# Evaluating $\int \frac{1}{\sqrt{5+4\cos x}}\,dx$

$$\int \frac{1}{\sqrt{5+4\cos x}}\,dx$$

I tried a lot to solve this simple looking problem. I tried $$\cos x=2\cos ^2 {x\over 2}-1$$ but no use. Tried half angle substitution of $$\tan {x\over 2 }$$ but ended up making the problem complex.

• You tried $\frac{\tan x}{2}$? Not $\tan\frac{x}{2}$? – J.G. May 2 '19 at 5:41
• Sorry for the typo, actually I tried $\tan {x \over 2}$ – user585765 May 2 '19 at 5:46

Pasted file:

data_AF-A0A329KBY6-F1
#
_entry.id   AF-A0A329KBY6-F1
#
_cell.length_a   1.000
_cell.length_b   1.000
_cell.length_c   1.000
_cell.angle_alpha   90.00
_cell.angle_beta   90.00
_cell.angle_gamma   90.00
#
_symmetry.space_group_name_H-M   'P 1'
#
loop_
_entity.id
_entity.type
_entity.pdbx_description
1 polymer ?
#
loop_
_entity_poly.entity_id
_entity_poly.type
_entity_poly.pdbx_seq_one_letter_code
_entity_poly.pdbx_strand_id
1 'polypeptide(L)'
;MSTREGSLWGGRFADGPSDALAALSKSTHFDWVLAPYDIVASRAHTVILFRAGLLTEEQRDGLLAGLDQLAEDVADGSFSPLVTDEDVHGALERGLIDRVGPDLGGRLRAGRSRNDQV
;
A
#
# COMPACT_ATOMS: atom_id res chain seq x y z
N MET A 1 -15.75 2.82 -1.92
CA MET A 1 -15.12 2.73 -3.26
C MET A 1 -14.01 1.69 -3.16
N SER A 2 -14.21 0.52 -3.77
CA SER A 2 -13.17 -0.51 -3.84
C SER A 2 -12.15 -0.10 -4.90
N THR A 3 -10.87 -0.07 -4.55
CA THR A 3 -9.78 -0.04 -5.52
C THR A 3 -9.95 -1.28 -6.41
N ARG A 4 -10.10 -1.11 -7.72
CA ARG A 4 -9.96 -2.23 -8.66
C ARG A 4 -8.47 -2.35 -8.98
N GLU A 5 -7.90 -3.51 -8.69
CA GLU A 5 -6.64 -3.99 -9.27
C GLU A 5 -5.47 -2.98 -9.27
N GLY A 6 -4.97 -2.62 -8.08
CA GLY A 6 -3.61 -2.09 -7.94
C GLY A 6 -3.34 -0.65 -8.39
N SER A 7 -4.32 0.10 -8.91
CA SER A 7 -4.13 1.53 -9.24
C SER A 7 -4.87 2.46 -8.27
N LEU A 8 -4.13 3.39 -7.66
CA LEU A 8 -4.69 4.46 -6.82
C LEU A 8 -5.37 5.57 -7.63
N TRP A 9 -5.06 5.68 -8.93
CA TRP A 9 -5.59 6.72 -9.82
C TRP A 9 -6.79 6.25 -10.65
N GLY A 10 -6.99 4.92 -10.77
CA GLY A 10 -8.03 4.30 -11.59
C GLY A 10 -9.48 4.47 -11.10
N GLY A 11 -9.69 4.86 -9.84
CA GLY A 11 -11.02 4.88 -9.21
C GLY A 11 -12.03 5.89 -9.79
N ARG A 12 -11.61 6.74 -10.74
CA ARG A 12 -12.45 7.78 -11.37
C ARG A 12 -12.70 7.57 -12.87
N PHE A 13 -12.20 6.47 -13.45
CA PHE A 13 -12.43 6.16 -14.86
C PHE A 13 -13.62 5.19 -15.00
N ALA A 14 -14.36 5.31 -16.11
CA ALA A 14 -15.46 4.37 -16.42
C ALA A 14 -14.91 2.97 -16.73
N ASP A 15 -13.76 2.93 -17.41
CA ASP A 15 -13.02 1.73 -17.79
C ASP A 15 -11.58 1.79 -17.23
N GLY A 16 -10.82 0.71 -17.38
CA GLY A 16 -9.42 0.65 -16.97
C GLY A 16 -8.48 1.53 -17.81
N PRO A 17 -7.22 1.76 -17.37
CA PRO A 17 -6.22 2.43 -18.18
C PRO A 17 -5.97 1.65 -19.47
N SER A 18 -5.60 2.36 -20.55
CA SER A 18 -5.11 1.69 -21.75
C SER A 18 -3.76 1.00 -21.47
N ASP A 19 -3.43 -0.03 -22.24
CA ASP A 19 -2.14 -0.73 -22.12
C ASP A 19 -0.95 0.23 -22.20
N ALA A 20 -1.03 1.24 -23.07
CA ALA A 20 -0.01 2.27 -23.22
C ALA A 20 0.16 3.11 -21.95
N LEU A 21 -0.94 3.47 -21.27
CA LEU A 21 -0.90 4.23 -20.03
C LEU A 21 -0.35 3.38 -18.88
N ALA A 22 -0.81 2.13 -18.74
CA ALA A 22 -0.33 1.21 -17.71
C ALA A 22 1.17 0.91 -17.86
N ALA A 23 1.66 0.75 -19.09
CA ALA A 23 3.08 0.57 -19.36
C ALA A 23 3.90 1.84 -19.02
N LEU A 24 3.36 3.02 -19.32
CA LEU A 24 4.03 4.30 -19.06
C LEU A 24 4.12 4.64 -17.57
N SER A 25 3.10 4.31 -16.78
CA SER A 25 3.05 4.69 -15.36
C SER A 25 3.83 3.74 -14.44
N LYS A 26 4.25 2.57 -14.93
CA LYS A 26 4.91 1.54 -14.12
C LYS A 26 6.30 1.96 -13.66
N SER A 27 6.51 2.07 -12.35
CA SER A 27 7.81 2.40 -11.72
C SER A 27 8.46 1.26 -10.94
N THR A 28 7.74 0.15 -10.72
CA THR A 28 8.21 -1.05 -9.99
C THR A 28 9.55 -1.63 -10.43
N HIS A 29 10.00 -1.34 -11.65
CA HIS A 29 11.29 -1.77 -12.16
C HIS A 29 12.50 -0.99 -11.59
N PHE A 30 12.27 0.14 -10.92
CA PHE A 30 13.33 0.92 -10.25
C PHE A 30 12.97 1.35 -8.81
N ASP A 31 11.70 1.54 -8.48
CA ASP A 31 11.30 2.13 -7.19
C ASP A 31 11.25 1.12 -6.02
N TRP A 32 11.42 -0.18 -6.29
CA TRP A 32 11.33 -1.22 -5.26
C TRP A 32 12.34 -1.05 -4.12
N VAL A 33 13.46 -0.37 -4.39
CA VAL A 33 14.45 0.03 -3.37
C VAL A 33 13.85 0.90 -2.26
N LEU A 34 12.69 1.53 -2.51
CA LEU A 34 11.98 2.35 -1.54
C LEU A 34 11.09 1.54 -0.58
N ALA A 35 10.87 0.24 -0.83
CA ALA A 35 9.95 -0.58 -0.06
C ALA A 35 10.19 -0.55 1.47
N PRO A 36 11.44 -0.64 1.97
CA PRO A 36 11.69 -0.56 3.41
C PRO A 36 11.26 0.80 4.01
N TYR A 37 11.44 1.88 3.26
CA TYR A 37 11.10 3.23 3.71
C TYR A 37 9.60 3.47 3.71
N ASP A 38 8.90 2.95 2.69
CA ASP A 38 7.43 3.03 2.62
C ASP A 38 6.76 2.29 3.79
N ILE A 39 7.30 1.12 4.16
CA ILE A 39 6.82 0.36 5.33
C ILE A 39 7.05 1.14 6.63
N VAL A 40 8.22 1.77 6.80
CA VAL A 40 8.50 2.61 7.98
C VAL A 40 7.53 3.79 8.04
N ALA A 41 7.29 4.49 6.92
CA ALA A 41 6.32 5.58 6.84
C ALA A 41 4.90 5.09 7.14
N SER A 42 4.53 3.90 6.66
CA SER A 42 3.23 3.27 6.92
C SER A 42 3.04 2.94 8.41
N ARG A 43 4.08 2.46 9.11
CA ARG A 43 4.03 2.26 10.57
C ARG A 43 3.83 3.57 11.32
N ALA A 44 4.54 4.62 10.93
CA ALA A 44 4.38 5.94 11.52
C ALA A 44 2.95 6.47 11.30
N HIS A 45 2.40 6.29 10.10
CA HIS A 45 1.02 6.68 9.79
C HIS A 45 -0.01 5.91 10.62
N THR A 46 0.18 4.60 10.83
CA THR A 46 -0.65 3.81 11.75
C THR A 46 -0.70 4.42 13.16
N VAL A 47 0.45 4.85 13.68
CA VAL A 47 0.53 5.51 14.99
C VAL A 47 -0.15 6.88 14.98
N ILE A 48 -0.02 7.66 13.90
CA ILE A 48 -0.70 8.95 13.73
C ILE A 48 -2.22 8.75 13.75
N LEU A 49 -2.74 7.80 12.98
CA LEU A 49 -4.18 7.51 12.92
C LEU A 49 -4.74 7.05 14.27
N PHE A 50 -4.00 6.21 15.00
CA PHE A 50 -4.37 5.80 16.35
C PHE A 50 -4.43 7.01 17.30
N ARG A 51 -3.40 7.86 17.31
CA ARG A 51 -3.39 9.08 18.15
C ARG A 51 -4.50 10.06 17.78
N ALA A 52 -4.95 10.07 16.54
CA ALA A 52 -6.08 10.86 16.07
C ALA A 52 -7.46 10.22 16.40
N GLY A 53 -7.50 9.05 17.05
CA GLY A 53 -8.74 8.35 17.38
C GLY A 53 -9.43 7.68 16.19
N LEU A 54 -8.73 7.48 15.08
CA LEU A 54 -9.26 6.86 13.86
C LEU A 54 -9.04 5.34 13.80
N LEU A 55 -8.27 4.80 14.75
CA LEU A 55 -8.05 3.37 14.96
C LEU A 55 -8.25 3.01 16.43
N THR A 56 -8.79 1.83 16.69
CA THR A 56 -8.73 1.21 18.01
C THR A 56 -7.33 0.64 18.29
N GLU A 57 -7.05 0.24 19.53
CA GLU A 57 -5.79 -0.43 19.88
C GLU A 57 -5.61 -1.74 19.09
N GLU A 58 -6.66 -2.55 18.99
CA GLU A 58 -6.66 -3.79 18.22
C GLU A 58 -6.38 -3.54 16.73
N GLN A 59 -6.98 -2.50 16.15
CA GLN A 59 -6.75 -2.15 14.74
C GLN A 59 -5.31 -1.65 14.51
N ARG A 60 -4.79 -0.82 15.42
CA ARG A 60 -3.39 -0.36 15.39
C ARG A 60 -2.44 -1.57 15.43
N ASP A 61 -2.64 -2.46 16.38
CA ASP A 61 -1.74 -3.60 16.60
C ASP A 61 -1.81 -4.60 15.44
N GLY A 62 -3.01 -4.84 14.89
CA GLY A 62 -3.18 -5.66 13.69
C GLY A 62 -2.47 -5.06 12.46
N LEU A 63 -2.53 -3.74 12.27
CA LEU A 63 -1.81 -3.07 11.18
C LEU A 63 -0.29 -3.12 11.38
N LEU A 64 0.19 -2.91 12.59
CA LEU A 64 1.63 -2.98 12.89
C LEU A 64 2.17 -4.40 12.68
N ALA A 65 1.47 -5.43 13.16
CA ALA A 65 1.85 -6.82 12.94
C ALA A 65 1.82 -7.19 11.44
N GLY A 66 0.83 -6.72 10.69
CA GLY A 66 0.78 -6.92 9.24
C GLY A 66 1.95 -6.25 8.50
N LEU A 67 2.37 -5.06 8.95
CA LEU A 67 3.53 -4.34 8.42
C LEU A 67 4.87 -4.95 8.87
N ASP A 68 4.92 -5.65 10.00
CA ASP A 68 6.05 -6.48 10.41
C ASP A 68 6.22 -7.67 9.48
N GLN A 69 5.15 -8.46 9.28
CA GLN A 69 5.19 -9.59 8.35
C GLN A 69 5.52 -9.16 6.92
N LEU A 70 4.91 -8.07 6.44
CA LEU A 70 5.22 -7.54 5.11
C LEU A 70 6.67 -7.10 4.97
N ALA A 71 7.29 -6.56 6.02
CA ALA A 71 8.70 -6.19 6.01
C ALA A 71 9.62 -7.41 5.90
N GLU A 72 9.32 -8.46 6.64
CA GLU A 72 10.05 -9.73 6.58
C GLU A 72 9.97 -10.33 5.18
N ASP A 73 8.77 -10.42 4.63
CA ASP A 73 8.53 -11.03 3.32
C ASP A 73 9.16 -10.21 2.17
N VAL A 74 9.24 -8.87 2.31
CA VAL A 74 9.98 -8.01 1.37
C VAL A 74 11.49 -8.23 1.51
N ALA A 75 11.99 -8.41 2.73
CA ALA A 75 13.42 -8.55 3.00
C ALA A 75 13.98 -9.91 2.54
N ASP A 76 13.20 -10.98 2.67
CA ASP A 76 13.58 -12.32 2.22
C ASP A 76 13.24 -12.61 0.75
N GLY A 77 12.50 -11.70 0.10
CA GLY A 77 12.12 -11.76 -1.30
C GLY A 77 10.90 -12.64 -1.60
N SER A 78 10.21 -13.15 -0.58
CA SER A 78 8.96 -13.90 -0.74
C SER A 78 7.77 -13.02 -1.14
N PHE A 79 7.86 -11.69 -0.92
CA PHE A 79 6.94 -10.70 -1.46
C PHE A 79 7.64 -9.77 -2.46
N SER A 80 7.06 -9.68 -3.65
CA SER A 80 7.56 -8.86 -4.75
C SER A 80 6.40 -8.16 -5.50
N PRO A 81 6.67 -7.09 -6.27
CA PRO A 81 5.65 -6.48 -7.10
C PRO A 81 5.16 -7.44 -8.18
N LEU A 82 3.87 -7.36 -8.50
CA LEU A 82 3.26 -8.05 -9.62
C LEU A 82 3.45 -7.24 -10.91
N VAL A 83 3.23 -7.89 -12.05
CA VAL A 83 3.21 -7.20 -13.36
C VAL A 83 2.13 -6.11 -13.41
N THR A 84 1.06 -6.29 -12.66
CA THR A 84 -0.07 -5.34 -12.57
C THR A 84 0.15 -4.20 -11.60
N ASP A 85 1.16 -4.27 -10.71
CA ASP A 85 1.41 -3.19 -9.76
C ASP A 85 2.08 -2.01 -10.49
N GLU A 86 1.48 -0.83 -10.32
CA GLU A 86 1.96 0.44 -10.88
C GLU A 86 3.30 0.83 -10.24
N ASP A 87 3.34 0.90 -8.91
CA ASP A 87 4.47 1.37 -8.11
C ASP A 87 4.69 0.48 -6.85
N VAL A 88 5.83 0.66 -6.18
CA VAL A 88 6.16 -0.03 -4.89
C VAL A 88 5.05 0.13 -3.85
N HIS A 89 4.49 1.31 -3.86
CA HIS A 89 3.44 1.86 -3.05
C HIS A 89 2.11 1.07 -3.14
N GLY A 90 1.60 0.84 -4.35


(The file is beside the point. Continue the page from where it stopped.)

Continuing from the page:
• The limits were from 0 to $π/2$ – user585765 May 2 '19 at 5:49
Sometimes, mathematicians invent a name for the solution to one problem, then write the solutions to others in terms of that. For this problem, we need the incomplete elliptic integral of the first kind,$$F(x|m):=\int_0^x\frac{d\phi}{\sqrt{1-m\sin^2\phi}}.$$Since$$\int_0^x\frac{dt}{\sqrt{5+4\cos t}}=\int_0^x\frac{dt}{\sqrt{9-8\sin^2\frac{t}{2}}}=\frac23\int_0^{x/2}\frac{d\phi}{\sqrt{1-\frac89\sin^2\phi}}=\frac23 F\left(\left.\frac{x}{2}\right|\frac89\right),$$your original indefinite integral is $$\frac23 F\left(\left.\frac{x}{2}\right|\frac89\right)+C$$.